You probably see someone with a physical disability almost every day: the
blind man tapping his way across the street, the deaf woman signing to her
boyfriend, the wheelchair-bound woman shopping at the grocery store, people
on crutches, using walkers or leaning on canes. You may have thought of how
hard it would be to live with the disability, getting around, doing errands
and working at a fulfilling job.
Can you imagine what it is like for that person to date, negotiating
restaurants, movie theaters and transportation? How about meeting a
potential partner -- where, exactly, do disabled people find romantic love?
Did you ever think of what it would be like for a disabled person to have
Just Like Us, Only Different
Disabled people are not lesser versions of able-bodied people, unable to engage in or enjoy sexual behavior. In fact, disabled people are members of a community with its own unique culture, filled with societal norms and behavioral expectations that are different, but no less rich or meaningful, than that of able-bodied individuals.
While it is true that living with a disability is difficult, the disability
itself isn't usually a negative or positive factor in that person's life.
The paralyzed legs aren't bad or good ; they just are, just as
people are male or female, Asian, Caucasian or African American. In turn, a
disability, while physically limiting, is no more limiting to that person's
sexuality than one's ethnicity or gender.
Media, television and movies have represented the sexual lives of persons with disabilities in one of two ways:
The disabled person must learn to negotiate his or her own mental, emotional
and sexual terrain, just as do the able-bodied, coming to terms with their
sexuality and finding the best way to express it.
Do You Have Sex?
Historically, people with disabilities have been regarded by much of society as freaks, sub-humans or cripples. Now that we, as a society, have begun to put aside those negative labels and are, instead, exploring the emotional lives of the disabled, we have found new ways to dehumanize them, asking such personal and ridiculous questions as, Can you have sex? Do you still even want to?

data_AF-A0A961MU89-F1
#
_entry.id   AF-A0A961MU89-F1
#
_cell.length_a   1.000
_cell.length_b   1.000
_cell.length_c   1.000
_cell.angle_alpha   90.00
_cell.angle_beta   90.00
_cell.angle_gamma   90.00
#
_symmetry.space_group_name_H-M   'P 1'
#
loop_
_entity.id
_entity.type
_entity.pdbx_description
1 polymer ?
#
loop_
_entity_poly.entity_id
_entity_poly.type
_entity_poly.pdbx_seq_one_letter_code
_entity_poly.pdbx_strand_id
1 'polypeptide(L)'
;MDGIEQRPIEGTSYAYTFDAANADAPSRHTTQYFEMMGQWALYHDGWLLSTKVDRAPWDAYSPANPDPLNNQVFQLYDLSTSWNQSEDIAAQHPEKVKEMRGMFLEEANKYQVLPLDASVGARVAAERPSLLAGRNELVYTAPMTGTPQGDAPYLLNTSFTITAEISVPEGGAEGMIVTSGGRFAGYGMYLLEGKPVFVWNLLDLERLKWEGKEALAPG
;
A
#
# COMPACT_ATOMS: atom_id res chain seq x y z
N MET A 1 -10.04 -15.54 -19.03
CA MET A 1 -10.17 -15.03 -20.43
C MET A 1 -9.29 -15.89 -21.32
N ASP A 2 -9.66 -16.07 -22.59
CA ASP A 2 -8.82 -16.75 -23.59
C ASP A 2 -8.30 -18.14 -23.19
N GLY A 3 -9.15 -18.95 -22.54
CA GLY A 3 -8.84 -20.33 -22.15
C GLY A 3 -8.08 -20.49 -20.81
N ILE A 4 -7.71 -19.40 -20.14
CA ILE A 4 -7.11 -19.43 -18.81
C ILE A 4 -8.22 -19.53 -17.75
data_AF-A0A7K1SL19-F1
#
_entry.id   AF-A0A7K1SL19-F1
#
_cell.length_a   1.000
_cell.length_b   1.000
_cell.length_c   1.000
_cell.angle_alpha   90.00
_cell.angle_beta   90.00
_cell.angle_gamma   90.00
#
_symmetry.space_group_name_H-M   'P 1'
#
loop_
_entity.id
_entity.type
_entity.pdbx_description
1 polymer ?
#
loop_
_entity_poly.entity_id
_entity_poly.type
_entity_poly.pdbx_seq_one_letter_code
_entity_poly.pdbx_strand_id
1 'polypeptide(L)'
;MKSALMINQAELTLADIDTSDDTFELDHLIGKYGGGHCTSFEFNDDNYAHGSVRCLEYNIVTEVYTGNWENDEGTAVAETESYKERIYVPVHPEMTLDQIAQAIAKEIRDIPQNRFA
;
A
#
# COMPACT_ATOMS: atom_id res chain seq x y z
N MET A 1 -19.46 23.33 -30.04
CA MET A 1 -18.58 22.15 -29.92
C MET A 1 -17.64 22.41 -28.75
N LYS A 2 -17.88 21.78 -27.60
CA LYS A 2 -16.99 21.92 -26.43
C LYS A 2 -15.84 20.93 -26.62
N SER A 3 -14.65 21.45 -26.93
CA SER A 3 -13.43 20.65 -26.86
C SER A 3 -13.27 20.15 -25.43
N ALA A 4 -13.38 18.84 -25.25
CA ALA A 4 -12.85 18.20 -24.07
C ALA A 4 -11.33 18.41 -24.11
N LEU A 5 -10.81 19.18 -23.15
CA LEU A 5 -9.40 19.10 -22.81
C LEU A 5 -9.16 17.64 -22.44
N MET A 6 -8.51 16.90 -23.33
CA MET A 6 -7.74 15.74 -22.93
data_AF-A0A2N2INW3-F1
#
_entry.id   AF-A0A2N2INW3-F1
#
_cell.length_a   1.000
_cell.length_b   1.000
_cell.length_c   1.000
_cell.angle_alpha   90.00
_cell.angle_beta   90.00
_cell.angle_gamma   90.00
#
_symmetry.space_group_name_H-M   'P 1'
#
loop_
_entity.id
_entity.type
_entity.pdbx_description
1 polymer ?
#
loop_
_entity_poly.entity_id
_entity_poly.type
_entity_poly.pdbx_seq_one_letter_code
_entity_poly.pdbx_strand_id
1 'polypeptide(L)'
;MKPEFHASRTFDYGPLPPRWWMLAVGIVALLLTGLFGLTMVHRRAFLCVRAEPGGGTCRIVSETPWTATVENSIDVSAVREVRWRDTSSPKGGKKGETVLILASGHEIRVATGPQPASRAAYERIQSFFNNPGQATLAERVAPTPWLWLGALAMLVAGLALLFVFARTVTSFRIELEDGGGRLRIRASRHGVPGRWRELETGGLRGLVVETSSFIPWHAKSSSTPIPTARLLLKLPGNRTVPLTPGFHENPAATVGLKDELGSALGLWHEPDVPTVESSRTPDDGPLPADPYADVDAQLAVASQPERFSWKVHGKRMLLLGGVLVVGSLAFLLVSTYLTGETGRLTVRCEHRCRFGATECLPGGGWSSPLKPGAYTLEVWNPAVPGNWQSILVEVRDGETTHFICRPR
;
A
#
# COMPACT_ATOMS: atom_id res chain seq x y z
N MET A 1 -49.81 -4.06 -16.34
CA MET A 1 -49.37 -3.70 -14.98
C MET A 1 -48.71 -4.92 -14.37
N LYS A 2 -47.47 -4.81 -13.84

Human beings are born with sex drives regardless of ethnicity, gender,
sexual orientation or disability status. While other minority groups,
especially gay men and lesbian women, may be mocked or questioned about
their specific sexual practices, it goes one step further for the disabled,
who are not asked how they have sex, but if they are able to do it
Perhaps the best way to address this question is to examine normal sexual
behaviors, that is, heterosexual sexual practices. While penile-vaginal
intercourse is certainly a common method of sexual expression, it is by no
means the only way straight people have sex. What about oral or anal sex,
kissing, fondling or cuddling?
Similarly, lesbian women express themselves sexually in other ways than by
performing cunnilingus, and gay men don't just have anal sex. Disabled
people find a variety of ways to express themselves sexually, limited only
by their physical bodies and their imaginations.
Meeting Mr. Right
If you think it's hard to meet someone special, think of what it must be like for people with disabilities. Not only do they have to deal with the usual issues of personality, attraction and emotional behavior, but they must do so in a world not designed for visual, hearing and mobility-impaired people.